The fight to raise the minimum wage to $15 an hour notched higher after New York officials recommended lifting pay for thousands of fast-food workers throughout the state. The New York Wage Board—appointed by Democratic Gov. Andrew Cuomo—will finalize a recommendation to the state's labor commissioner in the coming days.
State governors' power to influence wages without legislative action predates wage orders on government books that go back decades. As New York state and city move to formalize the mandated, minimum rate of $15 an hour over the next few years, the focus shifts to governors in a handful of states that have similar administrative authority to raise pay without legislative action.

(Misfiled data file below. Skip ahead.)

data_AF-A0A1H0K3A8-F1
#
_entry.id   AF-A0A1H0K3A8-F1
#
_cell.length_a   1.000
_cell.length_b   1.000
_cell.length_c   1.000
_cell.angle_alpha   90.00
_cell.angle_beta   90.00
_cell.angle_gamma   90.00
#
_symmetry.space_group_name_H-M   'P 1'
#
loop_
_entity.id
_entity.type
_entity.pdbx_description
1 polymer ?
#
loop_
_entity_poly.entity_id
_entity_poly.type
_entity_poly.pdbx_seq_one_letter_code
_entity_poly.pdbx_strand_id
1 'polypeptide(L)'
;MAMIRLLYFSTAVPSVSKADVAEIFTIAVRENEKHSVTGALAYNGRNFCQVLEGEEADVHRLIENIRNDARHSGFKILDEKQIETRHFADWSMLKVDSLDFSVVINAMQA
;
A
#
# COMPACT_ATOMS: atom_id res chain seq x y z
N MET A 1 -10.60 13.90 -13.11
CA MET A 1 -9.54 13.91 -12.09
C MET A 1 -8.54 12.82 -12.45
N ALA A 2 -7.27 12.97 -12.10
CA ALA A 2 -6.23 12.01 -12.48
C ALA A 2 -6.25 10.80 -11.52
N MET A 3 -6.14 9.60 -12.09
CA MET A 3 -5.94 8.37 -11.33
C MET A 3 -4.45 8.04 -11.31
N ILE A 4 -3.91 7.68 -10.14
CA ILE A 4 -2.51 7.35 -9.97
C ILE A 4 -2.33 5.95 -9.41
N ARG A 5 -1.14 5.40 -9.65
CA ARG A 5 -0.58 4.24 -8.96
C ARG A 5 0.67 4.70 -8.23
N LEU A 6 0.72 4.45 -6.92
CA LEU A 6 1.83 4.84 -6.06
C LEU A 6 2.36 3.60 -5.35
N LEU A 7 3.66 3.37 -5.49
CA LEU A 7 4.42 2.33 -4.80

New York state's workforce has 180,000 fast-food workers—the fourth highest in the nation.
A key state to watch with similar power is California, led by Democratic Gov. Jerry Brown.
Advocates, meanwhile, are betting this strategy—hinged on the authority of governors—will build local momentum for a higher national minimum wage to $15 an hour from the current $7.25.
A wage board-driven strategy to lift pay "hasn't been done in recent years. This dates back to the '40s and '50s for laundry workers," said Tsedeye Gebreselassie, senior staff attorney for the National Employment Law Project. "We're going to be seeing more of this state and local policy activity."